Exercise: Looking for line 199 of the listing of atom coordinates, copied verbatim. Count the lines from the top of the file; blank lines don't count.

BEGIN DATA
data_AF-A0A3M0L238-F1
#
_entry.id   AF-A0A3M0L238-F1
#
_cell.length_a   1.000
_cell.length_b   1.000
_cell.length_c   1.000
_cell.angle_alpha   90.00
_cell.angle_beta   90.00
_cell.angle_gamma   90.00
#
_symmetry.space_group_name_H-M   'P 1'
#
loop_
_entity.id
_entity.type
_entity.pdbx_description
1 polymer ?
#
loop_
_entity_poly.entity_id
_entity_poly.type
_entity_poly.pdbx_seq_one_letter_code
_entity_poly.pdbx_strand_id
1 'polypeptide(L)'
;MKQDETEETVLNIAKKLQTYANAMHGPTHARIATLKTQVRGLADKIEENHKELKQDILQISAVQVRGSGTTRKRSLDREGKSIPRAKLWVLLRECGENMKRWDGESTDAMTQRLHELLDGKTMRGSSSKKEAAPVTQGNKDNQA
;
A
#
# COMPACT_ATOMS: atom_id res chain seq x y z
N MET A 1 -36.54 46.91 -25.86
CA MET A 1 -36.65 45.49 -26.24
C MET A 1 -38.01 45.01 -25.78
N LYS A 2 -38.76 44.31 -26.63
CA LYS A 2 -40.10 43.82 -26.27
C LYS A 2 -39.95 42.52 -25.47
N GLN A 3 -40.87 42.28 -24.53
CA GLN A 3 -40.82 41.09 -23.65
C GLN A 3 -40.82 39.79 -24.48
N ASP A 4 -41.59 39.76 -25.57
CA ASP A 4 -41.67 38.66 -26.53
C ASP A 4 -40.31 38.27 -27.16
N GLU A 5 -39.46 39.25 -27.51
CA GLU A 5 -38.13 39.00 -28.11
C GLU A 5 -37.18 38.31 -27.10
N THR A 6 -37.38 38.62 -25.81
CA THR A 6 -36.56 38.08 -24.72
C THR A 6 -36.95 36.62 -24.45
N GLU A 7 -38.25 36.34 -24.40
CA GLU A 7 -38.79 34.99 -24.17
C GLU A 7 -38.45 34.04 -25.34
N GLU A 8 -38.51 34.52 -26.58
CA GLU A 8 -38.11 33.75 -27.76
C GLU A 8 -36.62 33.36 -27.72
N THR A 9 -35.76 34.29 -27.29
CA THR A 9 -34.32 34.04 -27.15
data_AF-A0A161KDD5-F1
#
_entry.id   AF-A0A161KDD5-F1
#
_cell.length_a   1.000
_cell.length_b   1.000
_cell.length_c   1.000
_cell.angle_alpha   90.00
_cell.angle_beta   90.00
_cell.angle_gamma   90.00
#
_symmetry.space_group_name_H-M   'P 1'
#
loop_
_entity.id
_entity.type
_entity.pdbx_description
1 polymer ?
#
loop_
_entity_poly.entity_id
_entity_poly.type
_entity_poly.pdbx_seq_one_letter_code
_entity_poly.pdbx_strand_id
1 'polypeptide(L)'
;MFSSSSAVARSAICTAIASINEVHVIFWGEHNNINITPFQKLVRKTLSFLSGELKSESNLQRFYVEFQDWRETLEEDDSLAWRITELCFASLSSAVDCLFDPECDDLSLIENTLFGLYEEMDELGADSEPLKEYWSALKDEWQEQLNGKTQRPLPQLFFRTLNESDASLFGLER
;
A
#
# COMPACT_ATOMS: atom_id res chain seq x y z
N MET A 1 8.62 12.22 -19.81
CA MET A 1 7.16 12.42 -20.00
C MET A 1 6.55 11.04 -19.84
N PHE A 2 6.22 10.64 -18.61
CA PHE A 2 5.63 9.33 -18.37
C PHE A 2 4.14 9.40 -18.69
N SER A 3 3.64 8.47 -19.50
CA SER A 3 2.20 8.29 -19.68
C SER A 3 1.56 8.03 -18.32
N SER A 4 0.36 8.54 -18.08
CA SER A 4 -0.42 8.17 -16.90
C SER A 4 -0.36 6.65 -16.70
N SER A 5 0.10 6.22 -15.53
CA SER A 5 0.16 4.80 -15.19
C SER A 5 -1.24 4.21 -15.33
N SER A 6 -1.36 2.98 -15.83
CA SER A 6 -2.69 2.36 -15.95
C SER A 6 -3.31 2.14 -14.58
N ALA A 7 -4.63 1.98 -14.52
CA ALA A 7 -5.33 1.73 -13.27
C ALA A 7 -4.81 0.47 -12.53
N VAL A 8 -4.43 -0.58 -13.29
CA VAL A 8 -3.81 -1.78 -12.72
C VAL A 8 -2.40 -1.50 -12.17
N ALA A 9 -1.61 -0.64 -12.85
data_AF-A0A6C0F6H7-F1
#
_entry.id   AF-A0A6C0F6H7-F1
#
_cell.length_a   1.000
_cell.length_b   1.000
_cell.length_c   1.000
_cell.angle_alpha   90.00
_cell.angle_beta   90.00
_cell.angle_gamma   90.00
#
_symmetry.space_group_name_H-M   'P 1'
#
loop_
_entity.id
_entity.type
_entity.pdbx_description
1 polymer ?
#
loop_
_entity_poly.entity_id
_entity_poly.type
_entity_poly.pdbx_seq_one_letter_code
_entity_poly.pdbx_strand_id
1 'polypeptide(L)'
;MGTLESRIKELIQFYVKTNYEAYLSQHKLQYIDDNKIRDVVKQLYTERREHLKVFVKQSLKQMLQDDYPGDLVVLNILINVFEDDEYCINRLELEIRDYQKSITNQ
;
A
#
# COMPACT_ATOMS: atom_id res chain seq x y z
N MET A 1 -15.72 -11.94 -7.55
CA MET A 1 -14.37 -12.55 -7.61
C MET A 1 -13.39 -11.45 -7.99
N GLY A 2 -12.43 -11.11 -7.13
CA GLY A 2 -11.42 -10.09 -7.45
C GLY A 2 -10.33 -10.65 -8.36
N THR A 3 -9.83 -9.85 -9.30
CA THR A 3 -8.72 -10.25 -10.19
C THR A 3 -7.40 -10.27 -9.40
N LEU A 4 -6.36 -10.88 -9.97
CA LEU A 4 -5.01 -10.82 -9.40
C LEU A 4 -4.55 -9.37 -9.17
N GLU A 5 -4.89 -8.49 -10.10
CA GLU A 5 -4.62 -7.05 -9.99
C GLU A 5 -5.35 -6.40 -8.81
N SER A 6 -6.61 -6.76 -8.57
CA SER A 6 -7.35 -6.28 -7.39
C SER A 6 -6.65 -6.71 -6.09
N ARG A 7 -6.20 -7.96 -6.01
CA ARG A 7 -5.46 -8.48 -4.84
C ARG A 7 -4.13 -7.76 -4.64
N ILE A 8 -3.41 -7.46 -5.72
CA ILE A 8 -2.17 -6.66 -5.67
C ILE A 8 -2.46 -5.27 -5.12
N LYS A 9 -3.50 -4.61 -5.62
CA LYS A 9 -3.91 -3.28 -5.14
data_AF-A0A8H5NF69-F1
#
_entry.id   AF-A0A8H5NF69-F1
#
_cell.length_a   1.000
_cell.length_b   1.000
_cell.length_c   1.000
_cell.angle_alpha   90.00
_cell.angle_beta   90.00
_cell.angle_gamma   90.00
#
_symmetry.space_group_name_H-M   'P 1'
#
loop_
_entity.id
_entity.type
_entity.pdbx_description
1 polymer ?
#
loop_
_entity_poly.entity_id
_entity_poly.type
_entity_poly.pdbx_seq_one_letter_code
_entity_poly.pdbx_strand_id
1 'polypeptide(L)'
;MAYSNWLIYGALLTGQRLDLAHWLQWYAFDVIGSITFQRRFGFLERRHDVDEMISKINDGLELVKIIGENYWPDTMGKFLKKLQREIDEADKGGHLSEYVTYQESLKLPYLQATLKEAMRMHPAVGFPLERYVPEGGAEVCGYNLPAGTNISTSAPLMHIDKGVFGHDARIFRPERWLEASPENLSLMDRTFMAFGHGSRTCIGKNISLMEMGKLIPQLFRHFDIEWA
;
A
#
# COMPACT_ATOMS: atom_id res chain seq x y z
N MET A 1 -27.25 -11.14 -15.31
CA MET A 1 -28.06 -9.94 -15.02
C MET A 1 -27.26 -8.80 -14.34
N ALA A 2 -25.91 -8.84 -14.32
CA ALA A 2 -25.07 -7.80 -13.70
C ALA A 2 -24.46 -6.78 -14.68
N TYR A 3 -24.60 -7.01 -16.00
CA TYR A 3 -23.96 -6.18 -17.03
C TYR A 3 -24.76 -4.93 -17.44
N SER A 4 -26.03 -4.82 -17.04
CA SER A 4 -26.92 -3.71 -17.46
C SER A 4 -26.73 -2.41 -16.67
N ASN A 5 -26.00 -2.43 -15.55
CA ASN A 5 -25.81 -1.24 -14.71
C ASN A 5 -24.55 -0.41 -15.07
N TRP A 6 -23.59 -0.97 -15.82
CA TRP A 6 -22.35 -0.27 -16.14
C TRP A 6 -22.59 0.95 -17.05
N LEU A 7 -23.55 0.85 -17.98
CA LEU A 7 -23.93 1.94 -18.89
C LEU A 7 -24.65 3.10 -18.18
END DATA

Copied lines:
CA MET A 1 -28.06 -9.94 -15.02